Louisville-area Restaurants Find Creative Ways to Provide Dining During Cool Weather

Restaurants continue to adapt as winter approaches and temperatures drop.

Many places are strategizing how to prolong outdoor dining while others are working to make indoor dining safer.

The Blackstone Grille in Prospect can only fit 25 people on its small patio. While patio business has played a crucial part in the restaurant’s recent success, cold weather is coming.

That’s why owner and operator, Rick Dissell invested in an air cleaning system to make customers feel more comfortable dining inside.

The bi-polar ionization (BPI) indoor air quality device was installed about a month ago into his restaurant’s heating & air conditioning (HVAC) system.

“We feel that’s a good thing and I feel it’s the future,” said Dissell. “You’re gonna have to have it.”

These devices made by AtmosAir Solutions, an indoor air quality company, have proven 99% effective in neutralizing coronavirus in the air and on surfaces. (Tests performed by Microchem Laboratory, one of the world’s preeminent laboratories for testing EPA and FDA registered sanitizing products, confirmed that the presence of coronavirus was reduced by 99.92% within 30 minutes of exposure to AtmosAir’s BPI HVAC devices).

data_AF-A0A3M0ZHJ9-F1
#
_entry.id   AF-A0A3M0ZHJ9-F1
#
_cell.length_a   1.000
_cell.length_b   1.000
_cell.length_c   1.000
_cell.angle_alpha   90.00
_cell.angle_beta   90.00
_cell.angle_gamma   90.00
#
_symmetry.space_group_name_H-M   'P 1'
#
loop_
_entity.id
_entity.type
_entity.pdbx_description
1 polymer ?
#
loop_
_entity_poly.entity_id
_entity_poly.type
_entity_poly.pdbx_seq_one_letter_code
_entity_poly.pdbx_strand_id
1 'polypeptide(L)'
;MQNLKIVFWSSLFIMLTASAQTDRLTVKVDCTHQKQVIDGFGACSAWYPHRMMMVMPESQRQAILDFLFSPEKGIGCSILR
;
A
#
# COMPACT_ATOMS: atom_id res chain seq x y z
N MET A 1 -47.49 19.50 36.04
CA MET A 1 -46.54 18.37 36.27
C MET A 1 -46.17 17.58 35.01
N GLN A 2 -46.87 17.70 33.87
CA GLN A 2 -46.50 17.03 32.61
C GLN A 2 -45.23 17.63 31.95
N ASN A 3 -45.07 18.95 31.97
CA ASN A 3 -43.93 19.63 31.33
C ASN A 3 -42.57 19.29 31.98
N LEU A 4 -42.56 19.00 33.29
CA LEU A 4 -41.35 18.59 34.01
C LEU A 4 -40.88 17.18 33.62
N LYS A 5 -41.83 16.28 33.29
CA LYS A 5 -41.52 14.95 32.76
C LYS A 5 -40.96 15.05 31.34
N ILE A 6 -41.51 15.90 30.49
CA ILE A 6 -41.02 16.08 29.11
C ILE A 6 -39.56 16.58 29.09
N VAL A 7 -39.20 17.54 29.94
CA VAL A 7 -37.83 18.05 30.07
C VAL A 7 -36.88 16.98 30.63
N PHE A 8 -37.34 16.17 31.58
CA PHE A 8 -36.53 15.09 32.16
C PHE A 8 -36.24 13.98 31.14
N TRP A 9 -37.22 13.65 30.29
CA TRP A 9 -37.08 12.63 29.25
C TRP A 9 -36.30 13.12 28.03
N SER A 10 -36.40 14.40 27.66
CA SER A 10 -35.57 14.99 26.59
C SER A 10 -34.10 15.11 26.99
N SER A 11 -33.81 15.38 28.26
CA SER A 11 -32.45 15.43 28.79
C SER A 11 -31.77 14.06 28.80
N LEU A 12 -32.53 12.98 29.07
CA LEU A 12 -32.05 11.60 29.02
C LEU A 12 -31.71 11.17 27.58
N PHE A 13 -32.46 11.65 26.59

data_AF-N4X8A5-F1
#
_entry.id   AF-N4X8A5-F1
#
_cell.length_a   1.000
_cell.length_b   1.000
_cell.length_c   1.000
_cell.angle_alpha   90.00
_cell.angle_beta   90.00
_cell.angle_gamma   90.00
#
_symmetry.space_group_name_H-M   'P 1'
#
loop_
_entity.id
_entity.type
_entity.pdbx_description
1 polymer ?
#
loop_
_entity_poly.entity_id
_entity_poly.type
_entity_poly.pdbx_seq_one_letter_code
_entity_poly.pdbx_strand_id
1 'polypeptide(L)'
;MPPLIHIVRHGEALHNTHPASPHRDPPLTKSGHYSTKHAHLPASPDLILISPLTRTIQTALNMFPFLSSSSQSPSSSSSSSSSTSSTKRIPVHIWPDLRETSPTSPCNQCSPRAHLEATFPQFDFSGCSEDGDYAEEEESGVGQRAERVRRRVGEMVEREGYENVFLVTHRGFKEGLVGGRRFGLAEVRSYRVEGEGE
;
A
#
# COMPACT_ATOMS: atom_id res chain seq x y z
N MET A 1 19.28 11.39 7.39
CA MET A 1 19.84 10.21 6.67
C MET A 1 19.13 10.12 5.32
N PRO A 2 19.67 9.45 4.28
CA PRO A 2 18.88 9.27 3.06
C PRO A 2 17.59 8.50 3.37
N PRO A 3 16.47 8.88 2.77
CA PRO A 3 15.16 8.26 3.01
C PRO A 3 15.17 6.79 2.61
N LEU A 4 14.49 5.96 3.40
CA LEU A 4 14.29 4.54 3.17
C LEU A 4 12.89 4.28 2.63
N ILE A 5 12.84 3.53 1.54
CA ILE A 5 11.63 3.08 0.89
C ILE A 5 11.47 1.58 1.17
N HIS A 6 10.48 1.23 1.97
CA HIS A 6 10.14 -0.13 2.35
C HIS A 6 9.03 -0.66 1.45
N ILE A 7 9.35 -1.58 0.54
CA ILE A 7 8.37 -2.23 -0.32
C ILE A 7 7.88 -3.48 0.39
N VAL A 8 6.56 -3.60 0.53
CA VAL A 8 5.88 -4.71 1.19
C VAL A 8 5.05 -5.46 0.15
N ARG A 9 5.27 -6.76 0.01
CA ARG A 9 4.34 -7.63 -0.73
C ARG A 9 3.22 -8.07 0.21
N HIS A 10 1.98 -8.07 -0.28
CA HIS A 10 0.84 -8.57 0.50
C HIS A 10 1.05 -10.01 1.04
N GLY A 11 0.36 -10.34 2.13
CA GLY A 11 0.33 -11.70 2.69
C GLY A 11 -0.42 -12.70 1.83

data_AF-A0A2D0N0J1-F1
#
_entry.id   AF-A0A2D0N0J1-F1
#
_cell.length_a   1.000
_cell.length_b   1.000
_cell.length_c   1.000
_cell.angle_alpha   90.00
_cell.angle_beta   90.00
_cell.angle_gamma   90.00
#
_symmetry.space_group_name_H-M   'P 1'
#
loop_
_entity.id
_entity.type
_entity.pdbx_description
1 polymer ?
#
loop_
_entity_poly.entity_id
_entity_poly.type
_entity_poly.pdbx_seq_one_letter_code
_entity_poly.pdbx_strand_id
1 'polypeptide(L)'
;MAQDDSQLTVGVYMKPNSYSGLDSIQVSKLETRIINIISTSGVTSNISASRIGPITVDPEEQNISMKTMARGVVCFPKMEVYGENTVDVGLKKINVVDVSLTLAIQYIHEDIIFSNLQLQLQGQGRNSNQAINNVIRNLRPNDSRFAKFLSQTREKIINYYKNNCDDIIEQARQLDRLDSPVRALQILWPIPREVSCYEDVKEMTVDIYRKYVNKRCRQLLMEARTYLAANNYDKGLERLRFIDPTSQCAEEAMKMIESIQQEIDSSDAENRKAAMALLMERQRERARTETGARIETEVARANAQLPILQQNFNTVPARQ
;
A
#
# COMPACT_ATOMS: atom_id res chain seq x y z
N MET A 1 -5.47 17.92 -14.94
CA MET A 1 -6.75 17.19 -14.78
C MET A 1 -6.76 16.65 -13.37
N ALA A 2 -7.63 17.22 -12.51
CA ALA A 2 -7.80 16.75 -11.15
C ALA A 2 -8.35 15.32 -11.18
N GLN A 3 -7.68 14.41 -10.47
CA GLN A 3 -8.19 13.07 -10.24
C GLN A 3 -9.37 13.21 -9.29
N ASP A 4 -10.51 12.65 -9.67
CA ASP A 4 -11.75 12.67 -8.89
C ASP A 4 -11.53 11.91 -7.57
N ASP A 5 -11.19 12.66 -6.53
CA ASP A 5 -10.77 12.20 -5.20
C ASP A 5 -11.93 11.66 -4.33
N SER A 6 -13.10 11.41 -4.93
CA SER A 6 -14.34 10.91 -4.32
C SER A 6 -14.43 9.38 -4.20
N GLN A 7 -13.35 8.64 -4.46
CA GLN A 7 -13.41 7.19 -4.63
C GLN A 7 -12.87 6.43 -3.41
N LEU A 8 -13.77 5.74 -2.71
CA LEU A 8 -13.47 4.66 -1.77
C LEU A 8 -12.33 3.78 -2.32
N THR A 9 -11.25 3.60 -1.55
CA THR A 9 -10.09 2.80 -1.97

The device was installed by a local firm, Critical Environmental Solutions (CES) in Louisville.

Dissell said since you can’t see the device, you barely know that’s it’s there.

“If there’s really no-one in here and the thing is cranked all the way up you might be able to get that clean mountain air smell, just a little bit,” said Dissell.

Red Hog Butcher on Frankfort Avenue has also made some new additions to comfort guests on cool evenings.

“We expanded our patio seating, we added a nice gazebo shelter, heaters, but constantly pivoted with the menu and what we were serving for takeout,” said executive chef Noam Bilitzer. “Gradually bringing back that warm food from the wood fired grill that our guests love to eat.”

Bilitzer said they have more fire pits, heaters and wind blockers on the way.

“I don’t know what we would’ve done for wintertime without it,” said Bilitzer. “It would’ve been very cold and uncomfortable to sit out here even in 50 or 60 degree weather, normal fall weather. It can be quite chilly to eat out here. I think this really will survive and grow our business through it.”

Red Hog’s patio seats 30 people comfortably, still allowing them to distance, according to Bilitzer.